Now we have to copy the file system to the Devo 7e. Turn off the transmitter and put it into USB mode by holding the "ENT" buttton while turning the transmitter back on. A large USB symbol should show on the display and a volume will mount on your computer.
In the newly mounted volume, delete all of the existing files. Then, copy the following files from the deviation-devo7e-v5.x.x-nnnnnnn.zip to the mounted volume (basically everything except for deviation-devo7e-v5.x.x-nnnnnnn.dfu, debug-devo7e-v5.x.x-nnnnnnn.zip, and UPDATING.md).
Replace the hardware.ini file on the volume with the one from the "Code" section of this project. Then replace the model1.ini file inside the models folder on the volume with the one also from the "Code" section of this project.
Unmount (eject) the volume, and quickly turn off the transmitter or disconnect the USB cable. The volume will remount if you do not turn off the transmitter or remove the USB cable quickly enough. Remove the USB cable from the Devo 7e.
Make sure the thrust (the left stick on a Mode 2 Devo 7e) is at it's lowest position (0% thrust), then turn on the Devo 7e. The NRF24L01+ module you installed is active in the hardware.ini file you copied to the Devo 7e file system. If the module is recognized correctly, the deviation start-up screen should appear on the Devo 7e display. If you get an error message about a missing module, go back and check your soldering, wiring, and module. If the there are no errors, the start-up display will change to the Crazyflie 2 model display.
To "pair" the Devo 7e with your Crazyflie 2, the Crazyflie's radio channel and bit rate must be set as the "Fixed ID" on the transmitter in the "Model setup" screen. To get to the "Model setup" screen, we'll need to go through a few other screens.
Press the "ENT" button to enter the "Main menu." Press the "ENT" button again to enter the "Model menu" and then press the "ENT" button once more to enter the "Model setup" screen.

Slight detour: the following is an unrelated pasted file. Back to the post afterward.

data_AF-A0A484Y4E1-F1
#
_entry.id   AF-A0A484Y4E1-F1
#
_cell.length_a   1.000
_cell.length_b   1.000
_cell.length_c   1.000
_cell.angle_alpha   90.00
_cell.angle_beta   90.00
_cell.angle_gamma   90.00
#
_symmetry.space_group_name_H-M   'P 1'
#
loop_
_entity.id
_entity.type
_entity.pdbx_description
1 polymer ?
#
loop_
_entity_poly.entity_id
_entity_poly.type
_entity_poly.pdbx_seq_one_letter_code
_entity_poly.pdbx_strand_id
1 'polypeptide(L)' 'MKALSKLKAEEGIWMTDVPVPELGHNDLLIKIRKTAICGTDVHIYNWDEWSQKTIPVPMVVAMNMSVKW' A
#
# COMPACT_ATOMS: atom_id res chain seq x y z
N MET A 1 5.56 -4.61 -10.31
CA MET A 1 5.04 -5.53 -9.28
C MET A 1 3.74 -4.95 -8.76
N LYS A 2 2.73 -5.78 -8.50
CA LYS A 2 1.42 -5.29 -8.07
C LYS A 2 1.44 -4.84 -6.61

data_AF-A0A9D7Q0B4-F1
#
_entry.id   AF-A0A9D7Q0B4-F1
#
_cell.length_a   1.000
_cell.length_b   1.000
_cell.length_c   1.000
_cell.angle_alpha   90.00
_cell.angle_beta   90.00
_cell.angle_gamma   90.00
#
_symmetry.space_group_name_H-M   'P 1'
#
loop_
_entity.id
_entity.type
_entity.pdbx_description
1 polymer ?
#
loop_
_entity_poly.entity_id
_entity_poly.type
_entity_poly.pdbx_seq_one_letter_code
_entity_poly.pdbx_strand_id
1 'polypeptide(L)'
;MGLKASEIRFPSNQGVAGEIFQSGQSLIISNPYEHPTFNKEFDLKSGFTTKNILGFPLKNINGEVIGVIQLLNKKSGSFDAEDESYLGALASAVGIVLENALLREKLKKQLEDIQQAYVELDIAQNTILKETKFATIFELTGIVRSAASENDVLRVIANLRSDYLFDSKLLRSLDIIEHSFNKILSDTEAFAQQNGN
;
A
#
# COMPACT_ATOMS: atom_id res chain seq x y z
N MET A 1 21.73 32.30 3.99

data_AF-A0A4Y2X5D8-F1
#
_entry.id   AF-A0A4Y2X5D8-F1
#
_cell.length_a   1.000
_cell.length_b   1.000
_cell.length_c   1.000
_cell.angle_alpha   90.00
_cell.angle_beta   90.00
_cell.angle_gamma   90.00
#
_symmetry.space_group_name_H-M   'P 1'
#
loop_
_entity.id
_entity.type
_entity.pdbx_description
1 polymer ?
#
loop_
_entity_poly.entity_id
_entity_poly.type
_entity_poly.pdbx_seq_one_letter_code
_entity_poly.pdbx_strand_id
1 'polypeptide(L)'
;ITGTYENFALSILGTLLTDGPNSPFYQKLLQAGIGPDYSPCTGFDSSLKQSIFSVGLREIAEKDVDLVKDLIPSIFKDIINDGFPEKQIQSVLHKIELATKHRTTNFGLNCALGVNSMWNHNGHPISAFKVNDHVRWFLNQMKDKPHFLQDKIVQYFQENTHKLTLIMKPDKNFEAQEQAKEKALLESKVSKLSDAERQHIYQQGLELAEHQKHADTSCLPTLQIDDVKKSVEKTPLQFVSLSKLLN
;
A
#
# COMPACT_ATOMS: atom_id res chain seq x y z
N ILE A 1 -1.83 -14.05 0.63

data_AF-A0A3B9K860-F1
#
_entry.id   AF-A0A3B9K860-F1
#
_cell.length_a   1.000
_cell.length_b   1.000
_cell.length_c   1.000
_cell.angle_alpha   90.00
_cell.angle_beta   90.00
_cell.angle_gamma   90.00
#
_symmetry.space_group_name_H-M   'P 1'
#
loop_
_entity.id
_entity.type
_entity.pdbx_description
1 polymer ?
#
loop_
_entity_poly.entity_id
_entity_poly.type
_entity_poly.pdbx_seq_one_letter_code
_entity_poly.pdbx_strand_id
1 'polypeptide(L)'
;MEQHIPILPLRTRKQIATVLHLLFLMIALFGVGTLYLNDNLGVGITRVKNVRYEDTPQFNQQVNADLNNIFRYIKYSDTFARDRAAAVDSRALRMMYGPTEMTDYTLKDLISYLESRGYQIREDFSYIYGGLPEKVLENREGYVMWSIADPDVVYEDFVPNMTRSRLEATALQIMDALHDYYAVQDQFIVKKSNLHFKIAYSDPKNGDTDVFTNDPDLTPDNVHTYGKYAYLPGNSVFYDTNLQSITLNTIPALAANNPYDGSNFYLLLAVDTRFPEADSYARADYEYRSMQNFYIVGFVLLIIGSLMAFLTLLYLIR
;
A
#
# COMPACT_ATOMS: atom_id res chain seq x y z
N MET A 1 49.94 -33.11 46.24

At the "Model setup" screen, press the "DN-" button eight times until the "Fixed ID" field is highlighted. Then, press the "ENT" button to change the "Fixed ID" value.
The "Fixed ID" value is the combined values of data rate and channel where 0 is 250kbit/s, 1 is 1Mbit/s and 2 is 2Mbit/s. The data rate is the first digit and the channel is the second two digits. Therefore, in my photos, the datarate is 2Mbit/s (2) and the channel is 6 (06) resulting in 206. The data rate and channel here must match what is set in your Crazyflie's firmware configuration.
Step 4: Test connectivity and control.
At this point, your Devo 7e is fully capable of controlling your Crazyflie 2. Turn off the transmitter, make sure the thrust (left stick on a Mode 2 Devo 7e) is all the way down (0% thrust), then turn the transmitter on again. It should be broadcasting on your specified channel at your specified data rate. Make sure your Crazyflie 2 is fully charged, then turn it on. Shortly, the M4 LED should start flashing green as the Crazyflie 2 is connecting to the Devo 7e. If you slowly push the throttle up, you should see the Crazyflie 2's propellers rotating faster. Give it some thrust and it should take off. In this default configuration, with a Mode 2 Devo 7e, the left stick controls thrust and yaw, and the right stick controls pitch and roll. Make sure these inputs are acting correctly. Turn the Crazyflie 2 off, then turn off the transmitter.
Step 5: Reassemble the Devo 7e and fly the flie!
If all is working as it should, replace the remaining screws and press the grip pads back on to the transmitter case. Your Devo 7e is ready for action. Turn on the transmitter then turn on the Crazyflie 2 (always best to power on in that order - transmitter first and Crazyflie second). Confirm connectivity and go fly!
You'll find the Devo 7e an exceptional controller for the Crazyflie 2. The deviation firmware you installed makes the transmitter exceedingly configurable. You can change the sensitivity of the sticks, rearrange controls, and even create new models. Now, the sky, as they say, is the limit!